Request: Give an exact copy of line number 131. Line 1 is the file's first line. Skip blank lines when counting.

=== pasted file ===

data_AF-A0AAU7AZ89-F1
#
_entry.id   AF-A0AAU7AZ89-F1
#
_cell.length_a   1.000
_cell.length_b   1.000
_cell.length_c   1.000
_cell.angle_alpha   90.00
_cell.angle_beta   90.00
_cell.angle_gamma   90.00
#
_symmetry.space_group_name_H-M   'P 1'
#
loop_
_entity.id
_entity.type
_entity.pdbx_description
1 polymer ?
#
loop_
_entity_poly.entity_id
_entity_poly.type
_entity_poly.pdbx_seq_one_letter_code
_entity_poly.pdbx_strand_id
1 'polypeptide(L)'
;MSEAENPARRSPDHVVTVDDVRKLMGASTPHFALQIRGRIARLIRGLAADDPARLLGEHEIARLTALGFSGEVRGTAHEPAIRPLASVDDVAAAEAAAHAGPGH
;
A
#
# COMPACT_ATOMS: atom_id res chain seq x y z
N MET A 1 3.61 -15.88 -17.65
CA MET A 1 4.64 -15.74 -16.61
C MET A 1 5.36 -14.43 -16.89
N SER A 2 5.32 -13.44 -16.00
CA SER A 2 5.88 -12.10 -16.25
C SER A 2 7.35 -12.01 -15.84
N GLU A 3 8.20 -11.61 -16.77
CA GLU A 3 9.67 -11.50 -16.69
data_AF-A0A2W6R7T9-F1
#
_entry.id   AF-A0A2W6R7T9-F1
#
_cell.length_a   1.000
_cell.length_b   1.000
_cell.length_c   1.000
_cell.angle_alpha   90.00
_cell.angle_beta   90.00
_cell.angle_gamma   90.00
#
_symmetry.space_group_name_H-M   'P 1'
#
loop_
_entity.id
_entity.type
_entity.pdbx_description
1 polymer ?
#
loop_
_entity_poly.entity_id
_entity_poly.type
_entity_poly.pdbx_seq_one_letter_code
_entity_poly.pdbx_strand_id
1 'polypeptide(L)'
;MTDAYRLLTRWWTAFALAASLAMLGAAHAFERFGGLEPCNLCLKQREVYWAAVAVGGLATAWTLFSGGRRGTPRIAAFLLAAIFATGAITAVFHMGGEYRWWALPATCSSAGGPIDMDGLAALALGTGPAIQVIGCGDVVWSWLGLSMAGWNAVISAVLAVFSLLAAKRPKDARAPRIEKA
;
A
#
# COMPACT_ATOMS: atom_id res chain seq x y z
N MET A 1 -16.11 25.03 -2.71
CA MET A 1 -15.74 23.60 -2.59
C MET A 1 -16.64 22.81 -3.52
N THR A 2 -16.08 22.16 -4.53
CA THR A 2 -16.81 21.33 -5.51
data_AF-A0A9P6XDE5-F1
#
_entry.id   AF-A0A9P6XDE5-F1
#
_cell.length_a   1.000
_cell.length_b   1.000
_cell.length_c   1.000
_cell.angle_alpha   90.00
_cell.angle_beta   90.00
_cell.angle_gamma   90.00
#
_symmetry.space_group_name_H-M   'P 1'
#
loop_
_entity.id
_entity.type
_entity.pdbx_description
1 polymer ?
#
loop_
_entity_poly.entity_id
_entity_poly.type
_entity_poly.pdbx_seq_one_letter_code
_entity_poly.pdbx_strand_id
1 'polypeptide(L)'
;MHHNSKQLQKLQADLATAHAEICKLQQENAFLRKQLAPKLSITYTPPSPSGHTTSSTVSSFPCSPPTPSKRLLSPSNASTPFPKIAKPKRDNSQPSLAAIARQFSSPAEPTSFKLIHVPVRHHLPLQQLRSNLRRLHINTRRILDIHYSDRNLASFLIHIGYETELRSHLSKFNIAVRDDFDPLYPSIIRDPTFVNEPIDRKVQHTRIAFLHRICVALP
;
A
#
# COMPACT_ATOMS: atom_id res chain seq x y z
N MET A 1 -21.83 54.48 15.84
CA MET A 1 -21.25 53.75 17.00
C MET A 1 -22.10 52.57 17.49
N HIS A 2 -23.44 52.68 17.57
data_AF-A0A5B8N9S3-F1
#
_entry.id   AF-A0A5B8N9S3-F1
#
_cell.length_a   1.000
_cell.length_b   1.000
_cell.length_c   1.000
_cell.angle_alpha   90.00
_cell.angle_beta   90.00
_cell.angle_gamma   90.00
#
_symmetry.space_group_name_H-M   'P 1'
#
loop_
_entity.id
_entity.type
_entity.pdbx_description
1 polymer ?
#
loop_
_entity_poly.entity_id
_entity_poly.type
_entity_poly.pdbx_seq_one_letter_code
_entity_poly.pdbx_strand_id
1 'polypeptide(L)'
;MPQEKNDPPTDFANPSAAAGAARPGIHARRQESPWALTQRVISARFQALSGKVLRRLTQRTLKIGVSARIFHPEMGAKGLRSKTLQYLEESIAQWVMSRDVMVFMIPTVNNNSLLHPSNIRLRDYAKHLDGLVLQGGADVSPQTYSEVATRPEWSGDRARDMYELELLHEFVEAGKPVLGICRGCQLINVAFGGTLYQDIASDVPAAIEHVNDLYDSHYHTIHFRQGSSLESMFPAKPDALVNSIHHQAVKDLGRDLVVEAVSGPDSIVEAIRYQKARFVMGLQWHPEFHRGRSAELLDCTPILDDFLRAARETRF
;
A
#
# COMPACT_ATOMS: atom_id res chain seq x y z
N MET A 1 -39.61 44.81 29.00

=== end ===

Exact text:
_entity_poly.pdbx_strand_id